Style SOS: What does smart-casual actually mean?
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I’m going to a funeral however they have asked us to dress colourfully. What should I wear? – Matt, via email
There is an understandable feeling that a funeral should be a sombre affair – people in black, women weeping behind a veil – and, if not otherwise prompted, that’s the appropriate approach. But it’s not the only way. For some, a funeral is a way to celebrate a well-lived life, rather than mourn a death. Bright outfits, wearing the specific colours of a beloved football team or no dress-code at all are all ways to acknowledge last wishes.
If you’ve been asked to wear colour this is probably because it’s important to the family and therefore you should definitely respect their wishes. How much colour you want to wear is your choice – go as colourful as you feel is appropriate.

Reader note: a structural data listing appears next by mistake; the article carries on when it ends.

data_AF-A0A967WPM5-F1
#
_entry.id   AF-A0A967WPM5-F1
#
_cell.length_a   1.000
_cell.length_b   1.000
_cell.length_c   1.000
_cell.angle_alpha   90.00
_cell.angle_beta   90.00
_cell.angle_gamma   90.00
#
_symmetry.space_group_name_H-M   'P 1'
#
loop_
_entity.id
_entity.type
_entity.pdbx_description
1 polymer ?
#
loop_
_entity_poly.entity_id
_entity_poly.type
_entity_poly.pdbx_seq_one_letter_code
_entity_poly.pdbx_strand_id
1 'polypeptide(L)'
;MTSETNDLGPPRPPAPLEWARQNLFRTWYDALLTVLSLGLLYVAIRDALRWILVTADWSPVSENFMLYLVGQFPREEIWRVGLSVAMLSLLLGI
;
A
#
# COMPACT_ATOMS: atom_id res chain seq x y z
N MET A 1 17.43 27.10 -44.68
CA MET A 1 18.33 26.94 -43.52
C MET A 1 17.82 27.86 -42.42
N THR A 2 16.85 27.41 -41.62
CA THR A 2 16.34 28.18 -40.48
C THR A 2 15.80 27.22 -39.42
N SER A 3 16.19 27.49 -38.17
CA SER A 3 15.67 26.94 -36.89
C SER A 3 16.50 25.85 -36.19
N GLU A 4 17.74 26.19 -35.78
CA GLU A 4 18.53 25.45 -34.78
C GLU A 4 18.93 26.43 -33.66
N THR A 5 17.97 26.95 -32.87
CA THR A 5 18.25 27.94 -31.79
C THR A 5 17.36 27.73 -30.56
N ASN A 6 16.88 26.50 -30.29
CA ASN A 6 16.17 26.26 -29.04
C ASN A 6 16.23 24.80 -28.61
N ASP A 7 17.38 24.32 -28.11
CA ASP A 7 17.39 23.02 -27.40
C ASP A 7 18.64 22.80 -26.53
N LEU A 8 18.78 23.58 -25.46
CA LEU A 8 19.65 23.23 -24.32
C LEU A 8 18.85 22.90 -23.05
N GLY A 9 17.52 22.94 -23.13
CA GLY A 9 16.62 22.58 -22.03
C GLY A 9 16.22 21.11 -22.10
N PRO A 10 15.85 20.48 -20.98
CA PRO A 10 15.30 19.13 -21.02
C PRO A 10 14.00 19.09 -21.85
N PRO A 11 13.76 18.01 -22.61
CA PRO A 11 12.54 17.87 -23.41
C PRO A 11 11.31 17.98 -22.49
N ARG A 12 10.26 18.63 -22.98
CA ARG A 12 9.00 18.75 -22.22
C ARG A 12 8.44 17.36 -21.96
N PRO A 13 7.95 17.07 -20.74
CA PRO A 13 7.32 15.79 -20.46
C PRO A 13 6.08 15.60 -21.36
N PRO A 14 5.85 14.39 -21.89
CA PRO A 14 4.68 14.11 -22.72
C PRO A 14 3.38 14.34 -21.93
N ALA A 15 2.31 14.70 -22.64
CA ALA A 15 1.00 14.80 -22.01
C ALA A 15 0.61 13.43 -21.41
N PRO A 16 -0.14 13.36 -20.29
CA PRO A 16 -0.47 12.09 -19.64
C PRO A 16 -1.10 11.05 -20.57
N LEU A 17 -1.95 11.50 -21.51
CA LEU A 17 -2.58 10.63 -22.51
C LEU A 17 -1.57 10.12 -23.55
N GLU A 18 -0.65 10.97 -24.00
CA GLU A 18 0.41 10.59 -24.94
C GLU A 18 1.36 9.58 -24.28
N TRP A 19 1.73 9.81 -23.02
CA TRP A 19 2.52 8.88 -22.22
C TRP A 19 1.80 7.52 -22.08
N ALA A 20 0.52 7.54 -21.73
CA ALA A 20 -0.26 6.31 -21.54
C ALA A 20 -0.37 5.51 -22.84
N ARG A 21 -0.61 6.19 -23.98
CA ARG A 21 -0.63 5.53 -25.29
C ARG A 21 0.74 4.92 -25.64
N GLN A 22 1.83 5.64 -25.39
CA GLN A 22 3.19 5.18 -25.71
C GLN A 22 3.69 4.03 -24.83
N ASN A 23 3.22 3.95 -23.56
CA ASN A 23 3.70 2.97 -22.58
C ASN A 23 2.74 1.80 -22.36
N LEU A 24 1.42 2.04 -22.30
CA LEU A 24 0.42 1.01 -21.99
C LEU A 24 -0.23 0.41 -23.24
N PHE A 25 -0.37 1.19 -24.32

As for what you wear, again this depends on what you will be comfortable in and what would be respectful to the occasion. Ultimately, you want to be able to celebrate the life of the person who has died, and if that means wearing colour make it as bold as you need it to be.
“Funerals are still formal occasions and unless you know otherwise it’s best to err on the side of more formal rather than less,” says stylist Toby Standing. “A neutral blazer over a colourful knit or polo shirt is a good way of adhering to the wishes of the family, while still staying smart and considered.”
If you want to avoid black go for a navy or light grey blazer – they’ll work with the brighter options underneath. As for how colourful you go, the only limit is how daring you feel. From polo shirts in burgundy and burnt orange or yellow and bright blue, to knitwear in green, purple, mustard or pink, the limit is the rainbow.
If that feels a bit OTT, and you want to stick to a suit, Toby suggests going for “bright accessories, rather than a colourful suit.” Avoid black tailoring – it creates too stark a contrast with anything radiant – and go for royal blue or soft grey instead. “Then add really punchy accessories like a bright tie and pocket square.”
Words: Nadia Balame-Price
Illustration: Ryan Gillett
The perfect white t-shirt does exist, you just have to be ready to get it wrong before you get it right